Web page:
Ducati’s wheelie assist helps riders keep it up for longer, but how does it work?

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Wheelie control systems have been around for several years with the express aim of preventing or minimising front wheel lift and maximising acceleration.

However, Ducati’s new Hypermotard 698 Mono adds a new dimension to the supermoto category by introducing a wheelie assist system that actually helps you maintain a wheelie for longer.

It’s not something you get as standard, though. While every Hypermotard Mono gets four levels of wheelie control, ranging from ‘level 1’ that allows substantial wheelies before intervening and reducing power, to ‘level 4’ that’ aimed at keeping the nose firmly on terra firma, the new wheelie assist system is available only as part of the £2093.04, non-road legal Termignoni exhaust package.

Ducati Hypermotard 698 Mono rear shot

It’s an intentional move, of course – Ducati don’t want to be seen to be encouraging long wheelies on public roads, and by packaging the wheelie assist with the race-only exhaust it means buyers are making an informed decision to add it as a track-only feature.

It’s essentially a logical evolution of more established wheelie control systems. These started life as aids for racers, and early systems used a combination of front and rear wheel speed sensors and front suspension stroke sensors to monitor when the front end was leaving the road.

This would trigger a cut in torque using the same methods as traction control, eg altering the ignition, injection, throttle position, or a combination of all three.

Ducati Hypermotard 698 Mono dash

IMU revolution

The development of the six-axis inertial measurement unit (IMU), which started to reach production bikes around a decade ago, is key to the much more sophisticated wheelie control systems in use now, and to Ducati’s new wheelie assist which features on the latest bike.

Based on Micro Electro-Mechanical Systems (MEMS), these IMUs were pioneered by Bosch, who still supply electronics for Ducati, including the Hypermotard Mono.

MEMS blur the distinction between mechanical and electronic elements, with microscopic movement sensors and gyroscopes mounted inside chip-like components on circuit boards.

Pulling a wheelie on track on the Ducati Hypermotard 698 Mono

They’re how your phone can tell what angle it’s being held at and whether it needs to rotate the screen image and can just as easily measure the angle and rate of angle change of a motorcycle.

Multiple choice

While modern wheelie control systems are still focused on minimising front wheel lift, many have adjustable settings to decide how early they intervene – just like the standard version of the Hypermotard Mono.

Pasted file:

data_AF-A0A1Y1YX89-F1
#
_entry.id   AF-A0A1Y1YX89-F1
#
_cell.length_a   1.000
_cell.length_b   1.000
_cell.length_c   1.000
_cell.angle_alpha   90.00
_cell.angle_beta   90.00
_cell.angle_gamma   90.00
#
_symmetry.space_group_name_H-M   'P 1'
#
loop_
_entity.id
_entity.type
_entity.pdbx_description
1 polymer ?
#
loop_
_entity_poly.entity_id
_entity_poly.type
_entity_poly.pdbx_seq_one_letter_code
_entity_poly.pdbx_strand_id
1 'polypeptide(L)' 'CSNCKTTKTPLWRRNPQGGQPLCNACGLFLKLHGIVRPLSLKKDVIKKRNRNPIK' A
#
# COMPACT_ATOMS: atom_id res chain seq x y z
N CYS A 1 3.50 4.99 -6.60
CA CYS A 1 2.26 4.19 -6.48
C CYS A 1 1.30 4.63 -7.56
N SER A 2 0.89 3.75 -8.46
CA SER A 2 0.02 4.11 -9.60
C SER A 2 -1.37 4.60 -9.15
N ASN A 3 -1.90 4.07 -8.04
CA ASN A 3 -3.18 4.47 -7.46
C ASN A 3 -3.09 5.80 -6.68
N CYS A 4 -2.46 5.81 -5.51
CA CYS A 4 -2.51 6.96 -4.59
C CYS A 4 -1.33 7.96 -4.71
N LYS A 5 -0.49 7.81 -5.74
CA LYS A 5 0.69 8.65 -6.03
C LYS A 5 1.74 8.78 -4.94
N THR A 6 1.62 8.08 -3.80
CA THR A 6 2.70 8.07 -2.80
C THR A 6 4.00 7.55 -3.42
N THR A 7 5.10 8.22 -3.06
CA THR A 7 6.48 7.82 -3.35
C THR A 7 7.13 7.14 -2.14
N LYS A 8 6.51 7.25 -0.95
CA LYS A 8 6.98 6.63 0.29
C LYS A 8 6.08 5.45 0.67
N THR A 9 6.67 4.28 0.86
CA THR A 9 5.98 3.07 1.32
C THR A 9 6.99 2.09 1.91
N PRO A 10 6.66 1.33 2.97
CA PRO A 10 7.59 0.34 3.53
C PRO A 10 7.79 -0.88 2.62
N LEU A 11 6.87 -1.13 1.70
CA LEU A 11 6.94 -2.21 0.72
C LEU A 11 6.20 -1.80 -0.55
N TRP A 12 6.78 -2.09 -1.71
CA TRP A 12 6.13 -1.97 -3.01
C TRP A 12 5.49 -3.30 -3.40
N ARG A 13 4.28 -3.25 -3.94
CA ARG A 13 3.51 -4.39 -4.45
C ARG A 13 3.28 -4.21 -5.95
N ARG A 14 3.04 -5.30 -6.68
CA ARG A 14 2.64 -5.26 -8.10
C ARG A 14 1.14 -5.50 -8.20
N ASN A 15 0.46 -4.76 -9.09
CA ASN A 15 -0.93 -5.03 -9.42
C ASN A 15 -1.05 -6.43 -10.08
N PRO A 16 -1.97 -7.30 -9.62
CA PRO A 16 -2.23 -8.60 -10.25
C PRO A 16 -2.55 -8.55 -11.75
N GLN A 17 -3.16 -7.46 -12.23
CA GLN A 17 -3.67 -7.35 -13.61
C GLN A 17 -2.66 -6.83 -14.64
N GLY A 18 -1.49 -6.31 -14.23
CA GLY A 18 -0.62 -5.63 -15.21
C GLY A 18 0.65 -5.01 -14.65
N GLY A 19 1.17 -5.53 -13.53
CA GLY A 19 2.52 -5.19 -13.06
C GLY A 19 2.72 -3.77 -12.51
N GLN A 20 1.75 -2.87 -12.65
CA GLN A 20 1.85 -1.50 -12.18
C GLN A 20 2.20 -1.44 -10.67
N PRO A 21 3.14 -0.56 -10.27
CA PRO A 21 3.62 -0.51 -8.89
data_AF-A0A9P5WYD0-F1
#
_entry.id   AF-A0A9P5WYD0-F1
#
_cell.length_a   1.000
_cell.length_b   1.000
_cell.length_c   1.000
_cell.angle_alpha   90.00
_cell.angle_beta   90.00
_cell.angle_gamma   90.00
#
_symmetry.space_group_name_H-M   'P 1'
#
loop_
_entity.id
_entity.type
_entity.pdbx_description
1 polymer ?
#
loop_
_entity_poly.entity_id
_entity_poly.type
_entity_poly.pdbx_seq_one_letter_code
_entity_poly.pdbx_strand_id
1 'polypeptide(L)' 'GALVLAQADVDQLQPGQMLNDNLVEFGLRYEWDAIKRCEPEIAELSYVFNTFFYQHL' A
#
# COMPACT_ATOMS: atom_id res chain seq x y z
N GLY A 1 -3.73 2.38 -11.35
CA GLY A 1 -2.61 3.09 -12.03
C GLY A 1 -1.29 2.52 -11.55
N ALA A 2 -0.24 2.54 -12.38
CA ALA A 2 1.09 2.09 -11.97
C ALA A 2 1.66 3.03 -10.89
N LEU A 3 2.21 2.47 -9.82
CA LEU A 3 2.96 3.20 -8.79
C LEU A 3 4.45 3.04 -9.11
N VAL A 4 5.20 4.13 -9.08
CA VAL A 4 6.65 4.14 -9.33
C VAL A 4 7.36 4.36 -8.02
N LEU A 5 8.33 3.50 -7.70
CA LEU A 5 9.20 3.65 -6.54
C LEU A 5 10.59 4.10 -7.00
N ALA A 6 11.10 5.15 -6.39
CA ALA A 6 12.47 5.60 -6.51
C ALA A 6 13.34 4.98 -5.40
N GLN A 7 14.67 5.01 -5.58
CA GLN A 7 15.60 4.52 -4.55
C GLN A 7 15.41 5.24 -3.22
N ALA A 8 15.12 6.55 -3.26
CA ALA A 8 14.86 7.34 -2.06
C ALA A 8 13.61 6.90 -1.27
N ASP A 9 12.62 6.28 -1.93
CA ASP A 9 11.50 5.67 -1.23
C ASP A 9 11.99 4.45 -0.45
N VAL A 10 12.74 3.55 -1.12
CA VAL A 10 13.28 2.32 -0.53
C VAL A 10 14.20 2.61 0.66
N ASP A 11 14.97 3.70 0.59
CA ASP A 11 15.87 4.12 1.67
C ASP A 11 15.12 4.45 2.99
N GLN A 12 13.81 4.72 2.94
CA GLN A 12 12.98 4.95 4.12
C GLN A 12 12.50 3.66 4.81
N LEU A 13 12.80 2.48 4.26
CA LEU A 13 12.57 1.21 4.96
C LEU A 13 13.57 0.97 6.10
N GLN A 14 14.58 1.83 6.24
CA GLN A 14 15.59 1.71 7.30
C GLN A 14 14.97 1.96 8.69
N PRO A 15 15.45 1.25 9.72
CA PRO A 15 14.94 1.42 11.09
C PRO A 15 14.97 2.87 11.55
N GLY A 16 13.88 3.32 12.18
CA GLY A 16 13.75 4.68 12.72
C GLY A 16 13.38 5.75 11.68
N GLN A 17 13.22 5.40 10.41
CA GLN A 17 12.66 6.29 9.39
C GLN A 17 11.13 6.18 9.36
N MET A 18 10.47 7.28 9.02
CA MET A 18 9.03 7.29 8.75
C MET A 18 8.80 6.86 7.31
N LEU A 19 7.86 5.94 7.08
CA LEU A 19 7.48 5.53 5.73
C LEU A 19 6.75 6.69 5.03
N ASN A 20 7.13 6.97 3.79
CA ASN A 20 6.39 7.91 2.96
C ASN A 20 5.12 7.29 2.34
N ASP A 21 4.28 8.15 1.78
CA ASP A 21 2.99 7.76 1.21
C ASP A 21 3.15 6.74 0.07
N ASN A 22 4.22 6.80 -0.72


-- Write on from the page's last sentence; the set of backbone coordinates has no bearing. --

When triggered at a predetermined level of wheelie, they decrease torque to help bring the nose down.

Where the Ducati wheelie assist differs is in the fact it can also increase the torque to help keep the front wheel aloft. It’s not unlike the gyro-based balancing systems used in electric unicycles or hoverboard toys, which increase or decrease torque to keep the contact point underneath the centre of gravity.

Cornering on the Ducati Hypermotard 698 Mono

More fun, not less

It’s a programming difference rather than one requiring any additional components and illustrates how electronic rider aids that usually put a dampener on wilder behaviour can also be used to assist it.

In the same way, lean sensitive cornering traction control and ABS systems that started life as slide-prevention systems are increasingly developing into slide controls that let you drift into a corner on the brakes or out of them on the throttle.

Ducati Hypermotard 698 Mono Termignoni exhaust

Ducati Hypermotard 698 Mono wheelie assist explored:

  • Power intervention The system can intervene via the engine’s torque output, using a combination of the electronic throttle, the ignition timing, and the fuel injection to add or decrease torque.
  • The magic combo When combined with the Ducati Quick Shift (DQS), wheelie assist will help maintain a wheelie through the first three gears or until you hit the rev limiter.
  • More coming soon? Wheelie assist is a software package, using the same sensors and hardware as the DWC (Ducati Wheelie Control) on the standard Hypermotard 689 Mono. That suggests it will be easy to apply to additional models in future.
  • Great minds think alike Allied to other information from wheel speed sensors, engine speed sensors and throttle, clutch and brake position sensors, the system can deduce the bike’s status and, to a certain extent, the rider’s intentions.
  • Information overload Gyroscopes in the Bosch six-axis IMU measure roll, pitch, and yaw to inform the cornering ABS, traction control and wheelie control systems, while accelerometers monitor changes of speed.